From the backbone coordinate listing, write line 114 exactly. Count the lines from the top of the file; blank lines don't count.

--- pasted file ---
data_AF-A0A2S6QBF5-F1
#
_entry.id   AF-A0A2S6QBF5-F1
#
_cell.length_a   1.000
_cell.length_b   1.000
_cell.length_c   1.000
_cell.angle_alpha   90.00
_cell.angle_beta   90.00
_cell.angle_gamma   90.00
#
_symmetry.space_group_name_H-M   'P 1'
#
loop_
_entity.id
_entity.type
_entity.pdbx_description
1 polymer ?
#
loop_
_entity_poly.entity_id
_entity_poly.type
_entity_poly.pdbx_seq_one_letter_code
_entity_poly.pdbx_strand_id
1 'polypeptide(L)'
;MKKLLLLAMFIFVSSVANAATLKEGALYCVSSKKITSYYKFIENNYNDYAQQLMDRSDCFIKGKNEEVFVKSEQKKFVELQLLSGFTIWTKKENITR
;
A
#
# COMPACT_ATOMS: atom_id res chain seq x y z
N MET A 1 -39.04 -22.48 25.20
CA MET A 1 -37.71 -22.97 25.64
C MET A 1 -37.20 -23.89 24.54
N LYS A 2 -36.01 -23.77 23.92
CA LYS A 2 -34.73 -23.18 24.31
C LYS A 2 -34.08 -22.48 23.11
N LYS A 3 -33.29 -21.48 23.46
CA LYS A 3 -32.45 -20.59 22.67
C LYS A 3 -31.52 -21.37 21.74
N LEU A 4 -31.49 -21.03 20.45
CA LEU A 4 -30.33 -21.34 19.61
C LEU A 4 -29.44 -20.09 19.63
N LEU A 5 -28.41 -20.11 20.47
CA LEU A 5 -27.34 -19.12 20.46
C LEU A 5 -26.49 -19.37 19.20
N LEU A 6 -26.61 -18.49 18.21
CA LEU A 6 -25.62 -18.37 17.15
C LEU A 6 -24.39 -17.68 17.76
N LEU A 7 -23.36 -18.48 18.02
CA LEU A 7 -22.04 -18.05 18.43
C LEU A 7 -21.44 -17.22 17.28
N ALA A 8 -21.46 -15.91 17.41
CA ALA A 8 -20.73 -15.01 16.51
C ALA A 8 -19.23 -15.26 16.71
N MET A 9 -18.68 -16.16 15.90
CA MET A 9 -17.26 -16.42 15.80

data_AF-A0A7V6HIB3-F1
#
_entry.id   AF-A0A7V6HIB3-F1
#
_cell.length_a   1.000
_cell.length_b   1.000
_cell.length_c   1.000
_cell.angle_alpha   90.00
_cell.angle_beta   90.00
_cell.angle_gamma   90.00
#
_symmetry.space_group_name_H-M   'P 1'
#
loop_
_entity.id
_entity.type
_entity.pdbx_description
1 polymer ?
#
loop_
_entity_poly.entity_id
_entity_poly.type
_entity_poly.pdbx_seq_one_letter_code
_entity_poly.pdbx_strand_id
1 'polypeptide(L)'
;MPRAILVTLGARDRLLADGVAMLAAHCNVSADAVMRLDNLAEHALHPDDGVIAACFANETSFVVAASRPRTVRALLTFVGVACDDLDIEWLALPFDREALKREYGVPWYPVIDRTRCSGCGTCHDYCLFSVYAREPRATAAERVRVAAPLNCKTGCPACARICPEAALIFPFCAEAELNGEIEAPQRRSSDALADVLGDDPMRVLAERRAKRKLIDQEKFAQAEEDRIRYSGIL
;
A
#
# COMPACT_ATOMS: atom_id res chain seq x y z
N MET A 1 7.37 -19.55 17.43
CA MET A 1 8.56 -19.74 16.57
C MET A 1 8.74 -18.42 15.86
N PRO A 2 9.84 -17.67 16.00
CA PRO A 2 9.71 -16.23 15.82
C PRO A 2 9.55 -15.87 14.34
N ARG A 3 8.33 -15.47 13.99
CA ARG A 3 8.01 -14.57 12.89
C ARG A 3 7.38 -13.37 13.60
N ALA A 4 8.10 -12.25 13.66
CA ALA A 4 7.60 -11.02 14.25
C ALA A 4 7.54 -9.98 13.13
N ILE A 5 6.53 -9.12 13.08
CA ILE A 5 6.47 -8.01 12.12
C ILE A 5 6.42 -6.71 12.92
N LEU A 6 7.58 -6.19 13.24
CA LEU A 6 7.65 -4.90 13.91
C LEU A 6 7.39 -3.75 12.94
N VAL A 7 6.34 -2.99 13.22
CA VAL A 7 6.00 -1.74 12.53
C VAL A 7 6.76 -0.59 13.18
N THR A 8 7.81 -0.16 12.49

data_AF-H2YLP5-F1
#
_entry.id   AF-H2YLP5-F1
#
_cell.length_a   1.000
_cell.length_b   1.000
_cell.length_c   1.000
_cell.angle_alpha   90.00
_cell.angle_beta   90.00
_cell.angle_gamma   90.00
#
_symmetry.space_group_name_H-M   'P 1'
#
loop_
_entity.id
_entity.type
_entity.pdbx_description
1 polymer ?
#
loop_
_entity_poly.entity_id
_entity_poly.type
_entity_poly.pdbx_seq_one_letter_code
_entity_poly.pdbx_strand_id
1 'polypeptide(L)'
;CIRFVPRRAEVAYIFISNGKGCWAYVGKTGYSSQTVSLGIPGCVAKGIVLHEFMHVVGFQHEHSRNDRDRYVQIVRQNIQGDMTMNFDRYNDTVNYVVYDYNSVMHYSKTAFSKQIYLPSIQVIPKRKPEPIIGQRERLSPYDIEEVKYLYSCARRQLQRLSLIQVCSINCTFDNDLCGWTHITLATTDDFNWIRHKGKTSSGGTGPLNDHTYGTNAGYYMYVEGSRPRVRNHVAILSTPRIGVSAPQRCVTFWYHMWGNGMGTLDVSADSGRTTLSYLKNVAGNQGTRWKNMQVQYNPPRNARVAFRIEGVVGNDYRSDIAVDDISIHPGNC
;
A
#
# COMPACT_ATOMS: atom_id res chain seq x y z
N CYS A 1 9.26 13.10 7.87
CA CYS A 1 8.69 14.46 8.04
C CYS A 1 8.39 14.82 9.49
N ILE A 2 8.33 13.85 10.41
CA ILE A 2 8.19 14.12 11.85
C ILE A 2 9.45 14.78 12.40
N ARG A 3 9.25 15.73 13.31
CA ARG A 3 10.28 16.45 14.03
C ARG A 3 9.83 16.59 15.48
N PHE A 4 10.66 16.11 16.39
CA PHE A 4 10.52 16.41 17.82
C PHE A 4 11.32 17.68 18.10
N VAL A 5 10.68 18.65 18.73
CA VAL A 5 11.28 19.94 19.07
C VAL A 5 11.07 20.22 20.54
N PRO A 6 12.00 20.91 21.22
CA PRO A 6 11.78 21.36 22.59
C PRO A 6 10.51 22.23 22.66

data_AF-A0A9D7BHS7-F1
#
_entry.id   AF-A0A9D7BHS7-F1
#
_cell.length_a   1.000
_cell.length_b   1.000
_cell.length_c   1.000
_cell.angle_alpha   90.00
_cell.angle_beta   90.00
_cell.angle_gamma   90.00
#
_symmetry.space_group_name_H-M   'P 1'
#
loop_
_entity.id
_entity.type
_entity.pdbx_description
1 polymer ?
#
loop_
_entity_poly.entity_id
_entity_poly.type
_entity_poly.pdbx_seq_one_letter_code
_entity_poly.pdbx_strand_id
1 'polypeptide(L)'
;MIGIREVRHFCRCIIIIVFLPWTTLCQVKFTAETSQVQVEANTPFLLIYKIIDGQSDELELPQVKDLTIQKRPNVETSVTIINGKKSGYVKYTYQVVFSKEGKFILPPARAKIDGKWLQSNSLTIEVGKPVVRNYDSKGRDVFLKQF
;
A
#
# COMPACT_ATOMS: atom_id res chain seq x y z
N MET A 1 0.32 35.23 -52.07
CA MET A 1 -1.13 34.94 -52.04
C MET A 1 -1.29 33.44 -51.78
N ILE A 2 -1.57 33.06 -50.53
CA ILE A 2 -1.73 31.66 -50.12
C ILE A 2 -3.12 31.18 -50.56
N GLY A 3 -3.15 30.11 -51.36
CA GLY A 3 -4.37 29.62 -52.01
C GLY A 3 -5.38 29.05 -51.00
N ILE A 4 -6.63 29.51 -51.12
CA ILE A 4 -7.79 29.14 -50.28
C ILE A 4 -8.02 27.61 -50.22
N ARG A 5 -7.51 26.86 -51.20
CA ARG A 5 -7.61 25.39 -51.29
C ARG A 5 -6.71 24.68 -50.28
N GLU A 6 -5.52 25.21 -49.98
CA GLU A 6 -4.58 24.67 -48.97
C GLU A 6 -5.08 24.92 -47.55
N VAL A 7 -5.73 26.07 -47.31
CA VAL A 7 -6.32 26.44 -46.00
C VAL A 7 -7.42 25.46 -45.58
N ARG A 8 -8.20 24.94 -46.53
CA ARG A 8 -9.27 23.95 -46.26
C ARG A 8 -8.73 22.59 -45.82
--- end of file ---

_cell.length_b   1.000